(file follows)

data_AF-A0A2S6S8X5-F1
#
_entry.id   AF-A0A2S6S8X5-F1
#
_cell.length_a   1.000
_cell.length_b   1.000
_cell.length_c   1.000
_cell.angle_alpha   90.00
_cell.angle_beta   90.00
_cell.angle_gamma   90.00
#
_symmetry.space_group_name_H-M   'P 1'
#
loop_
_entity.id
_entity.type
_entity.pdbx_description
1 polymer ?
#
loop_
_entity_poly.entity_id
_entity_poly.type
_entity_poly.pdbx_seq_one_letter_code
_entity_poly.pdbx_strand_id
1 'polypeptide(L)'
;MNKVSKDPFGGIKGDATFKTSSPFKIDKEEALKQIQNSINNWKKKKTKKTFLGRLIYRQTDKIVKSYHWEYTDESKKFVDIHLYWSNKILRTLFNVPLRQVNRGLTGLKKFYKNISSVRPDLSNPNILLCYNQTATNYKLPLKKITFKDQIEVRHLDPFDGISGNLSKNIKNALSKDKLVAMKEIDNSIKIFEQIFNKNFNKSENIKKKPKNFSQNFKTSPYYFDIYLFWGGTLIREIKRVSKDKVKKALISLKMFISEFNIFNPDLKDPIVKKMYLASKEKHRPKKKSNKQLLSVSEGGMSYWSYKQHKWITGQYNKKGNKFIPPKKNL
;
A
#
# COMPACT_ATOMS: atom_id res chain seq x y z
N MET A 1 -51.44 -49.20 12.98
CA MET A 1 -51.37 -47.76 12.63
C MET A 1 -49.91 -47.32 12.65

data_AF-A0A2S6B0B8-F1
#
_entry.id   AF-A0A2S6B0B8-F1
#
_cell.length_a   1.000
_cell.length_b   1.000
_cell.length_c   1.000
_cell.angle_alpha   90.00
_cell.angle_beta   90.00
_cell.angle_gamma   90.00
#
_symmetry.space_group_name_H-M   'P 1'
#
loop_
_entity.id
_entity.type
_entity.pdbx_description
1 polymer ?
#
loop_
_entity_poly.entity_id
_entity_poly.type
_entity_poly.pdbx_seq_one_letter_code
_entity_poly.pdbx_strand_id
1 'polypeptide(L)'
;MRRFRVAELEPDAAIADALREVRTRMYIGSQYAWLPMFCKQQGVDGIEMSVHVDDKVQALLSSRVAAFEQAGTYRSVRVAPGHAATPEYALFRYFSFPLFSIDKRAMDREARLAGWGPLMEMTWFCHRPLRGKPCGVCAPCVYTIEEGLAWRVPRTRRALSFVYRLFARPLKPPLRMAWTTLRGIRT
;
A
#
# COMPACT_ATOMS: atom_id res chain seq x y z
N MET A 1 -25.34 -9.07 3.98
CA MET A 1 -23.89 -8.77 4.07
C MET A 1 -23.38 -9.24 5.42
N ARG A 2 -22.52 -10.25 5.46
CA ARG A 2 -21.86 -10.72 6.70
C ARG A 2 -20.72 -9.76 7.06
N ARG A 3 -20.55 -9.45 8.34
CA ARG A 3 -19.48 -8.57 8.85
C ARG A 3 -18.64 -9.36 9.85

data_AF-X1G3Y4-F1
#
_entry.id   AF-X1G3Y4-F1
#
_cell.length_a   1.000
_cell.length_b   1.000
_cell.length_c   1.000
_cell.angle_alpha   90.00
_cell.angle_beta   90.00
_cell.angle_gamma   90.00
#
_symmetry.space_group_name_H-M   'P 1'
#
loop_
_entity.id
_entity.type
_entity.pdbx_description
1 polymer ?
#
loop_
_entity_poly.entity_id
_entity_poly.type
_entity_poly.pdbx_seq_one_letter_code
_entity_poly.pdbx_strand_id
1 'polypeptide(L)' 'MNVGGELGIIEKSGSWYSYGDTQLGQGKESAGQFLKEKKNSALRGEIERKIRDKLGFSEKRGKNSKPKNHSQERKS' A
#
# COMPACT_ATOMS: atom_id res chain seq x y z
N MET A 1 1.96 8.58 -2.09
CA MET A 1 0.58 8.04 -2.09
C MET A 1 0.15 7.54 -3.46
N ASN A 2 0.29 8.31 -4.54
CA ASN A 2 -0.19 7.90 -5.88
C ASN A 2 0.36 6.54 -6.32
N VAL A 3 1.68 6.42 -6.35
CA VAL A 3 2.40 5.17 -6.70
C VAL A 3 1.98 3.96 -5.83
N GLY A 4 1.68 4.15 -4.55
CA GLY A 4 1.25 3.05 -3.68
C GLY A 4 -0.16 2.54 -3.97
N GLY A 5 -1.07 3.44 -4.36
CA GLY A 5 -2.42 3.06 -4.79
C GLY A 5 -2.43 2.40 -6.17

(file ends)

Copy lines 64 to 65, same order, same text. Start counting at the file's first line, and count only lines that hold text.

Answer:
N MET A 1 -25.34 -9.07 3.98
CA MET A 1 -23.89 -8.77 4.07